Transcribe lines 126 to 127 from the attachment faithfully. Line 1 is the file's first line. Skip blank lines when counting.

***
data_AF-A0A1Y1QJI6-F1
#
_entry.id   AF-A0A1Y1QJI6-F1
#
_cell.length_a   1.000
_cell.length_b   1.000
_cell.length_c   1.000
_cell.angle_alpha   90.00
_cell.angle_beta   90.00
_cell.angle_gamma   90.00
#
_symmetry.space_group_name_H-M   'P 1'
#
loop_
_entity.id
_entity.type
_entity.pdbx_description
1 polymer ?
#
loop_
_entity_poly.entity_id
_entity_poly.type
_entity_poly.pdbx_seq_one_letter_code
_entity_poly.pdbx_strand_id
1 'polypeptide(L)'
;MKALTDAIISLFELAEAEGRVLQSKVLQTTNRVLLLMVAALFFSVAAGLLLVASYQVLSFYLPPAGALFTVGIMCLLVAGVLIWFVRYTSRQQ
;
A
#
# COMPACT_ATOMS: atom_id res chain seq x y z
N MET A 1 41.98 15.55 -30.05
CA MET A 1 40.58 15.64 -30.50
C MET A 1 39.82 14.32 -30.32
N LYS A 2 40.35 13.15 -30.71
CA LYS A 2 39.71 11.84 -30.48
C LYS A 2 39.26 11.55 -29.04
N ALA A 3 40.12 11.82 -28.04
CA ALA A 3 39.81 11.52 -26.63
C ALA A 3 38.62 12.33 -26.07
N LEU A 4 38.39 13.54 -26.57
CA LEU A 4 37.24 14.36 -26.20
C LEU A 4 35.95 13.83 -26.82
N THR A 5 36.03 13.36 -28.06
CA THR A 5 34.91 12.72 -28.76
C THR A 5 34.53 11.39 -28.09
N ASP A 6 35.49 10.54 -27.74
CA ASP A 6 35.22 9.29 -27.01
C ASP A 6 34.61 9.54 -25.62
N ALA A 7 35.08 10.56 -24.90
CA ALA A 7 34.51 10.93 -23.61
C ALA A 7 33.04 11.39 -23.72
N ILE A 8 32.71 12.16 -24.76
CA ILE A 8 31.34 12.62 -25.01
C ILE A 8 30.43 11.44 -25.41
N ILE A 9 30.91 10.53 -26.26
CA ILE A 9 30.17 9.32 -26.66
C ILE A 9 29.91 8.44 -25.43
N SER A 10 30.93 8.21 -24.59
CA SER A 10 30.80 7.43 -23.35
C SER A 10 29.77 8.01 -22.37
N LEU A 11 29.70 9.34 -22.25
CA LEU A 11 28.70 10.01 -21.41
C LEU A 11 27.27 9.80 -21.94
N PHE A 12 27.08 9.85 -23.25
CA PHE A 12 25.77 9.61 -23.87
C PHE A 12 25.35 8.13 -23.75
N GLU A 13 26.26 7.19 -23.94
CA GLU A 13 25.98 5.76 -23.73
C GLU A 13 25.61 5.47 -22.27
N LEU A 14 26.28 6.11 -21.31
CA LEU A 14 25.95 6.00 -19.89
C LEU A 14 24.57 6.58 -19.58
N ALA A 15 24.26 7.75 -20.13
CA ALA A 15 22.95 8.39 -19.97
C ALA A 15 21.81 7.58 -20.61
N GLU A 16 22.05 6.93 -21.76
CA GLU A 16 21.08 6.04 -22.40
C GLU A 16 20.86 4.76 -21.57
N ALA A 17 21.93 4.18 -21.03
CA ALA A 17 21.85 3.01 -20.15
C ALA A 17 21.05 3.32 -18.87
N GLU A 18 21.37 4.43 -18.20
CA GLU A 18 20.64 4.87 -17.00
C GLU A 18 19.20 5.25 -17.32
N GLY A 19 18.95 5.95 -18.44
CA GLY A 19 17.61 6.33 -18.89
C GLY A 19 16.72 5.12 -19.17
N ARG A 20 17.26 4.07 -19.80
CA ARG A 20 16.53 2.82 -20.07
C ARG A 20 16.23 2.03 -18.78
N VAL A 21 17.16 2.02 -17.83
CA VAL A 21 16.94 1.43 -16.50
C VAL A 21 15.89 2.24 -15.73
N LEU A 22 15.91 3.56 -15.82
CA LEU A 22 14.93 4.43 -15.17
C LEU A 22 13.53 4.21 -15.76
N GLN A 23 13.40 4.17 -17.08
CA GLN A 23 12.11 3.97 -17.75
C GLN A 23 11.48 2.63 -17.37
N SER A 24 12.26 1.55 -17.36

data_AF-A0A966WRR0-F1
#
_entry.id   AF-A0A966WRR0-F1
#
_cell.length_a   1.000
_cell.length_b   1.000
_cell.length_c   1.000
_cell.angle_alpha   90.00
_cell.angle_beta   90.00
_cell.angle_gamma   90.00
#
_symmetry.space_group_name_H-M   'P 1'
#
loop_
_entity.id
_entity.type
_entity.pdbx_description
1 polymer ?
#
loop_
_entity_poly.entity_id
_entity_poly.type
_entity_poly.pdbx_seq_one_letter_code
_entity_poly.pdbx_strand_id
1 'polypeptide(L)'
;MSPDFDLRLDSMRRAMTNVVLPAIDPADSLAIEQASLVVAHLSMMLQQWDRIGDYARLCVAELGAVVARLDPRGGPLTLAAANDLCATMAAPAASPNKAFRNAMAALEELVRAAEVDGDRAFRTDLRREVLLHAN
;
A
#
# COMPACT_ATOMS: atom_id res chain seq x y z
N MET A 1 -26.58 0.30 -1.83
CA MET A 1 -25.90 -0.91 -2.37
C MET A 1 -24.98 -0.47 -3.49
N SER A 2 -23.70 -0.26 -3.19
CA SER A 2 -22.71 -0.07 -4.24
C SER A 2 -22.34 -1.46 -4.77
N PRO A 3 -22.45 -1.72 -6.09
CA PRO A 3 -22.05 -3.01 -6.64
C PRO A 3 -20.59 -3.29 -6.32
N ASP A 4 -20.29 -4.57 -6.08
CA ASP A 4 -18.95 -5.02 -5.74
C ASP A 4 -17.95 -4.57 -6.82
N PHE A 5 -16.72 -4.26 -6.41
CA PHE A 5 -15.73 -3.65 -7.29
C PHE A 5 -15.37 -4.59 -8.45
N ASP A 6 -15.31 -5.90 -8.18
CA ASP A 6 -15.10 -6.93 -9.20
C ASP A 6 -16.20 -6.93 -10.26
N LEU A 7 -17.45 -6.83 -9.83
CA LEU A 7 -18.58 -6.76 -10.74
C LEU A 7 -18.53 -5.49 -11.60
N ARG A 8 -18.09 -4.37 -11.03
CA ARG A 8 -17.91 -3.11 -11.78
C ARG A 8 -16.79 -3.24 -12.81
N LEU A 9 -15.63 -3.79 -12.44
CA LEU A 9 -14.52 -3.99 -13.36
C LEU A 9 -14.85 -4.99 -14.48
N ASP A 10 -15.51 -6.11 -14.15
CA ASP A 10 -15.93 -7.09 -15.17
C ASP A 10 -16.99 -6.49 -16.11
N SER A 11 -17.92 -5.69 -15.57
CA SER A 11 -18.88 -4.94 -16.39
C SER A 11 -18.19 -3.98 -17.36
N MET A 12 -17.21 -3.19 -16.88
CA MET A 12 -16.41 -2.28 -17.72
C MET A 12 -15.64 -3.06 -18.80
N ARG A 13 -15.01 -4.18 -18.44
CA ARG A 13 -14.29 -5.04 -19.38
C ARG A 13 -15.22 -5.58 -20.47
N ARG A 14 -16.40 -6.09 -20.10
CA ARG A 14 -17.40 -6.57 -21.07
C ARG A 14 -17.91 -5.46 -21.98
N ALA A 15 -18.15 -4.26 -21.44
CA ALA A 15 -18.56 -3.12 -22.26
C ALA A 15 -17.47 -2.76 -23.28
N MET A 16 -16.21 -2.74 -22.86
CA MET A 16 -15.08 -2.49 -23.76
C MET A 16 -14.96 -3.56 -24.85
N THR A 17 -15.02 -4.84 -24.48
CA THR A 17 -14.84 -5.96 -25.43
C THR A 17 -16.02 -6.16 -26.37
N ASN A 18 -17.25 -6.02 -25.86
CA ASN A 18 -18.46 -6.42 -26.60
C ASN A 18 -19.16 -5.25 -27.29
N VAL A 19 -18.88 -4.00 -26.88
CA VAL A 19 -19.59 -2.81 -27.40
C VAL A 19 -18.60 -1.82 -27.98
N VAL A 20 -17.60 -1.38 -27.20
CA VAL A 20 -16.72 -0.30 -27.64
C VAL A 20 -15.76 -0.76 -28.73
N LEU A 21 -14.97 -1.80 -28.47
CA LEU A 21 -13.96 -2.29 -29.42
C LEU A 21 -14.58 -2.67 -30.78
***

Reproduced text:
;MSPDFDLRLDSMRRAMTNVVLPAIDPADSLAIEQASLVVAHLSMMLQQWDRIGDYARLCVAELGAVVARLDPRGGPLTLAAANDLCATMAAPAASPNKAFRNAMAALEELVRAAEVDGDRAFRTDLRREVLLHAN
;